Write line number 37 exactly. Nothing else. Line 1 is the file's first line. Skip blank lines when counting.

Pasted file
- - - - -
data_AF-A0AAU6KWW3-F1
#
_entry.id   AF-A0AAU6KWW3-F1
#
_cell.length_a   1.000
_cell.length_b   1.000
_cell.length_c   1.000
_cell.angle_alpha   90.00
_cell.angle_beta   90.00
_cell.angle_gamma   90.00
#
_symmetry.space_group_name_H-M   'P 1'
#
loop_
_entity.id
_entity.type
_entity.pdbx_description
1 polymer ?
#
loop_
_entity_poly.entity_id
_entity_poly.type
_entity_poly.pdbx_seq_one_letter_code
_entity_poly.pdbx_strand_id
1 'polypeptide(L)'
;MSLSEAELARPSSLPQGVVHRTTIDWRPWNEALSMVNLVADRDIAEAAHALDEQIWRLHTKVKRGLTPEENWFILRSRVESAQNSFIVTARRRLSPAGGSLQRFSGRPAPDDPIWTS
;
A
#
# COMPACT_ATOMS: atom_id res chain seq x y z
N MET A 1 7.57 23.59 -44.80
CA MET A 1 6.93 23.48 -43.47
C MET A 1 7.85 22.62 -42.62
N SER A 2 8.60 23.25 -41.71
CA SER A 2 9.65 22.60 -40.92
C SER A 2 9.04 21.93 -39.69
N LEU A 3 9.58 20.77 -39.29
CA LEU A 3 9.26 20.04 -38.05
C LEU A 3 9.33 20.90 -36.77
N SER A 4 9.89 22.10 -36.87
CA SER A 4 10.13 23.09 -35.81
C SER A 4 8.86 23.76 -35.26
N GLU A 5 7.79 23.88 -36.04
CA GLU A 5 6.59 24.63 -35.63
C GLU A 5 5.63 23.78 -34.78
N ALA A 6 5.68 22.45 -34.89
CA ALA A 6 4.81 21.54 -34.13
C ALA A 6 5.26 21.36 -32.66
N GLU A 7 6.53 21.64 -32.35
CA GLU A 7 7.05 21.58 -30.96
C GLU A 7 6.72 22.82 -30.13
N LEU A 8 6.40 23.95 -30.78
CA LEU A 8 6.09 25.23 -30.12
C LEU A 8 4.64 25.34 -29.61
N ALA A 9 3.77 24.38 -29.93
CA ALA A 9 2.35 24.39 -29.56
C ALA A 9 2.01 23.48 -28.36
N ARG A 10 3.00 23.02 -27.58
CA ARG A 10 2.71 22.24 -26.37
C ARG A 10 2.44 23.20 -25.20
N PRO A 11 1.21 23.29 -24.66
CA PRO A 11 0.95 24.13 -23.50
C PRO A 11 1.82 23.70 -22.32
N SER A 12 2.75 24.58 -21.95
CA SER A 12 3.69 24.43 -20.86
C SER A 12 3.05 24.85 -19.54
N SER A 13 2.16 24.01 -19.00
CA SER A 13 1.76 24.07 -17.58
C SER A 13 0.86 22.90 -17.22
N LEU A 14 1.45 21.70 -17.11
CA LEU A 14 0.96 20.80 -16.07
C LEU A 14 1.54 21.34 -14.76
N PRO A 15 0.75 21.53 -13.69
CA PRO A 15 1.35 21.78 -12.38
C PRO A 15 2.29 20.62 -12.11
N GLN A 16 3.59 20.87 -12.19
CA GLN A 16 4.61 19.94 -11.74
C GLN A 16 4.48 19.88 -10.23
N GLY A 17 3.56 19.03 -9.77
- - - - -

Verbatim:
N LEU A 3 9.58 20.77 -39.29